21. I’m a relatively new reader, & from what it seems, one of the younger ones. My upbringing was vastly different from yours, being the offspring of immigrants & having not grown up with much money, but I always knew I was loved & my parents did their best to provide me & my siblings with what opportunities they could afford.

    That, in itself, I know is a privilege & one of the reasons I enjoy your blog so much is how honest you are about your background & grateful for what that has enabled you to do & become.

    On a slightly different note, I saw this article & would love to hear your thoughts on it:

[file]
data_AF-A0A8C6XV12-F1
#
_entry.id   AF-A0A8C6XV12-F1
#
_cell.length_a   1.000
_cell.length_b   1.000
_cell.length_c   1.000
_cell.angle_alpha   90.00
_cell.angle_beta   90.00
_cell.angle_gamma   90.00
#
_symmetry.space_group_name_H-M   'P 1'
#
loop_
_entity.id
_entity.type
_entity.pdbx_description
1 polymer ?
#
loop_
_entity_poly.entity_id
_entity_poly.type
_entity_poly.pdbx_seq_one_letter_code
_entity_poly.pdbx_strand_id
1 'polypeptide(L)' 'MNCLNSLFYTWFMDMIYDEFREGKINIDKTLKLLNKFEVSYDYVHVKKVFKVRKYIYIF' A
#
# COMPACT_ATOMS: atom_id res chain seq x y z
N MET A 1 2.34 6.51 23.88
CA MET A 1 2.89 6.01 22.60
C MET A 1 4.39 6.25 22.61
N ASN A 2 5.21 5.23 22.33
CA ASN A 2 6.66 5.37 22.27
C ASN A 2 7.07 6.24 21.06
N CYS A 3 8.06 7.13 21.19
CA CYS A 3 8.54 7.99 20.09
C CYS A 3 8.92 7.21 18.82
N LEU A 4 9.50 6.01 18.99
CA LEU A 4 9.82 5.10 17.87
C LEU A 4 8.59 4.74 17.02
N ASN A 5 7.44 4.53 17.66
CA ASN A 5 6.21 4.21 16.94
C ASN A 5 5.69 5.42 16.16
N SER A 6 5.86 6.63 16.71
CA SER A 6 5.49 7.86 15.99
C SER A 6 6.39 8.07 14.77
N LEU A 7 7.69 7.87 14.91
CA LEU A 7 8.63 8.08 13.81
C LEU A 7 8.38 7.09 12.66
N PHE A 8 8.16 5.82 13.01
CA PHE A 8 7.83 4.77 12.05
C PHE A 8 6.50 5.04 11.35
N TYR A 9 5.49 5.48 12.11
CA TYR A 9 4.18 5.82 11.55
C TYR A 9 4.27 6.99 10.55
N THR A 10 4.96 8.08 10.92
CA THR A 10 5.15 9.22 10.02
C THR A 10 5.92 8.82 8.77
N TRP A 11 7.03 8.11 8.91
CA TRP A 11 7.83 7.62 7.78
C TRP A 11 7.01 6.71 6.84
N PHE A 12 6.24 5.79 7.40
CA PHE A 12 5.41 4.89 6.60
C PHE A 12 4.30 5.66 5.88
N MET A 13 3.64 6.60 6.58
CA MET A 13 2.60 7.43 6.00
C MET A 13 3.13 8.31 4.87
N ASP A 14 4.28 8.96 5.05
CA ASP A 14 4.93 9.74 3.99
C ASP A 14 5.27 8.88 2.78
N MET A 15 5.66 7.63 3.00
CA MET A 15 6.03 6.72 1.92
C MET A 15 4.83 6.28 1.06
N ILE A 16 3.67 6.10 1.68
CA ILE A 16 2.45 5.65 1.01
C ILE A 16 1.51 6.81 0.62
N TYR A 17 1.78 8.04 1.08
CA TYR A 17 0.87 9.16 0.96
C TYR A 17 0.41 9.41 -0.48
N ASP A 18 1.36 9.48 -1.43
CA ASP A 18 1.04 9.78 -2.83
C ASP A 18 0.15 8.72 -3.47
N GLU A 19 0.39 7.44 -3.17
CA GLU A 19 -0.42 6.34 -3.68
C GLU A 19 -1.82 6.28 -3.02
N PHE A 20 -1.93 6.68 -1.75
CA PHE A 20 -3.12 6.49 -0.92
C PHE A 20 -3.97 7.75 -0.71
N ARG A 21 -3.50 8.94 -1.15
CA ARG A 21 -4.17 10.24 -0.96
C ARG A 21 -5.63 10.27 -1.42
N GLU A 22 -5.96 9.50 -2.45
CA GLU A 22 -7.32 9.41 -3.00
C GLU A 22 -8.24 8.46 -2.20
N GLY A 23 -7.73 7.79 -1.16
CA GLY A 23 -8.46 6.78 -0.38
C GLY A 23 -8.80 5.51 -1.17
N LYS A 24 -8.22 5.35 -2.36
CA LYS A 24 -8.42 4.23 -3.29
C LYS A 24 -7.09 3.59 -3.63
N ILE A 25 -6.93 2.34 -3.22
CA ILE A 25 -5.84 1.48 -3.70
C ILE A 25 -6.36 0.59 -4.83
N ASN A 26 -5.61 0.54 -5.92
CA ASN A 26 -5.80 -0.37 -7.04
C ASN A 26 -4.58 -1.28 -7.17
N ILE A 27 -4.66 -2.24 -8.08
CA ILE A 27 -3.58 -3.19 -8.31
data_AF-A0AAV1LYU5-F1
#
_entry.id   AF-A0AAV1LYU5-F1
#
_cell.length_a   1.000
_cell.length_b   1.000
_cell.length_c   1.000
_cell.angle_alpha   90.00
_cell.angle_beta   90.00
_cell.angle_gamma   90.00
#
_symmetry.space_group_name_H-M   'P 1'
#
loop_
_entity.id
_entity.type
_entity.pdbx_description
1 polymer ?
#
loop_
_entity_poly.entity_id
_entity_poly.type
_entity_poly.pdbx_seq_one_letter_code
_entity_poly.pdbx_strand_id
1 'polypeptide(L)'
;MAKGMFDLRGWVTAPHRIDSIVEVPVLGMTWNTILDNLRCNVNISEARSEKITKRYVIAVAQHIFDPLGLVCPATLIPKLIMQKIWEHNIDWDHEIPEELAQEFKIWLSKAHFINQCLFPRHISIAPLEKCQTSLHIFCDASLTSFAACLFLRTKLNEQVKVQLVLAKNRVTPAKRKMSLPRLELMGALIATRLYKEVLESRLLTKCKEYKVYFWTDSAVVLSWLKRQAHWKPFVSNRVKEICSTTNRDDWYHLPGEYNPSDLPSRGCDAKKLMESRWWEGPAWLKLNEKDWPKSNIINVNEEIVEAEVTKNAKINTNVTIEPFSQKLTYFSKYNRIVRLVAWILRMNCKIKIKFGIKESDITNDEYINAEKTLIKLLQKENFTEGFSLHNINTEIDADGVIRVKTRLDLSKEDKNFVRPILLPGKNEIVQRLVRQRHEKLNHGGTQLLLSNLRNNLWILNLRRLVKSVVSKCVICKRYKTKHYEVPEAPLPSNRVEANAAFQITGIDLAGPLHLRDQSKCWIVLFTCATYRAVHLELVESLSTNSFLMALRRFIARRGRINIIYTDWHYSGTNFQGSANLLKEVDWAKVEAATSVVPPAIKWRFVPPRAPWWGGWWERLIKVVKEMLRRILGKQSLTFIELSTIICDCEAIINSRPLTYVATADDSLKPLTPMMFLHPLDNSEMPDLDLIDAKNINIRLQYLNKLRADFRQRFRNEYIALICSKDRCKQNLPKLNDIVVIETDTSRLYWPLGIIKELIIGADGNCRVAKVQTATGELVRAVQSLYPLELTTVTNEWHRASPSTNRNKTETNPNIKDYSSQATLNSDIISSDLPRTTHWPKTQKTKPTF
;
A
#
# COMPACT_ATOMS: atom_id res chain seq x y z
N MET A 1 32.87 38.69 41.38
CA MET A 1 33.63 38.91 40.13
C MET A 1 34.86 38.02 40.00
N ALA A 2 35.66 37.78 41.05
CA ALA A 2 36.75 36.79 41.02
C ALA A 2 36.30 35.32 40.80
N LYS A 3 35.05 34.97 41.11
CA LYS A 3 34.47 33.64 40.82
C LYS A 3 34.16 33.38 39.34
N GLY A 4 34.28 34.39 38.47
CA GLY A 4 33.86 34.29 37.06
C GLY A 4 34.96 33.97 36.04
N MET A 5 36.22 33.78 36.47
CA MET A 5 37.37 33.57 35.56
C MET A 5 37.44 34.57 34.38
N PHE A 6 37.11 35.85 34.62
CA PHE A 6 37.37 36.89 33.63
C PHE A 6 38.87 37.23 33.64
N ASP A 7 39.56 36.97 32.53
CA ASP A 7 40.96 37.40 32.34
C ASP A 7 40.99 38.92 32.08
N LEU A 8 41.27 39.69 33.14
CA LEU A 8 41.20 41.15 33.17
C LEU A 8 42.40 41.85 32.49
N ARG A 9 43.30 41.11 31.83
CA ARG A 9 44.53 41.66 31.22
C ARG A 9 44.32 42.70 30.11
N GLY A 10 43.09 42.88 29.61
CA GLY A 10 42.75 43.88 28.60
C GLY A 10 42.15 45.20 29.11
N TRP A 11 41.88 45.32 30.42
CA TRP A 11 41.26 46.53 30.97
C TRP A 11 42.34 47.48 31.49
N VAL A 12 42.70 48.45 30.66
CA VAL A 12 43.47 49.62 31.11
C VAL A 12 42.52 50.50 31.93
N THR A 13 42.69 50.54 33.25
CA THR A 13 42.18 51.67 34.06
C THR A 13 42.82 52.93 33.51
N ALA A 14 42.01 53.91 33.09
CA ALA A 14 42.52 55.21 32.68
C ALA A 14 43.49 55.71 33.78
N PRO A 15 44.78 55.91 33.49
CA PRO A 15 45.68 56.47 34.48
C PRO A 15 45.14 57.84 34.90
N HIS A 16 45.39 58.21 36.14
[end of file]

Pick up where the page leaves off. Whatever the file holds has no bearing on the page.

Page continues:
1. @m, Thank you. I have to be honest as much as possible or I feel I have much less to offer.

      And for the article about cookbooks, it seems really smart, but I haven’t kept up on the cookbook world, so I need to do some background reading to be able to really comment. I looked forward to doing so.

  22. I love your posts and love the name. It has a certain grace to it…Privilege recognizes the beauty that life has bestowed upon you. It extends to health, family, style, family traditions, love of travel and new things/ideas. I love your voice and will read even if you change the name but love it as is.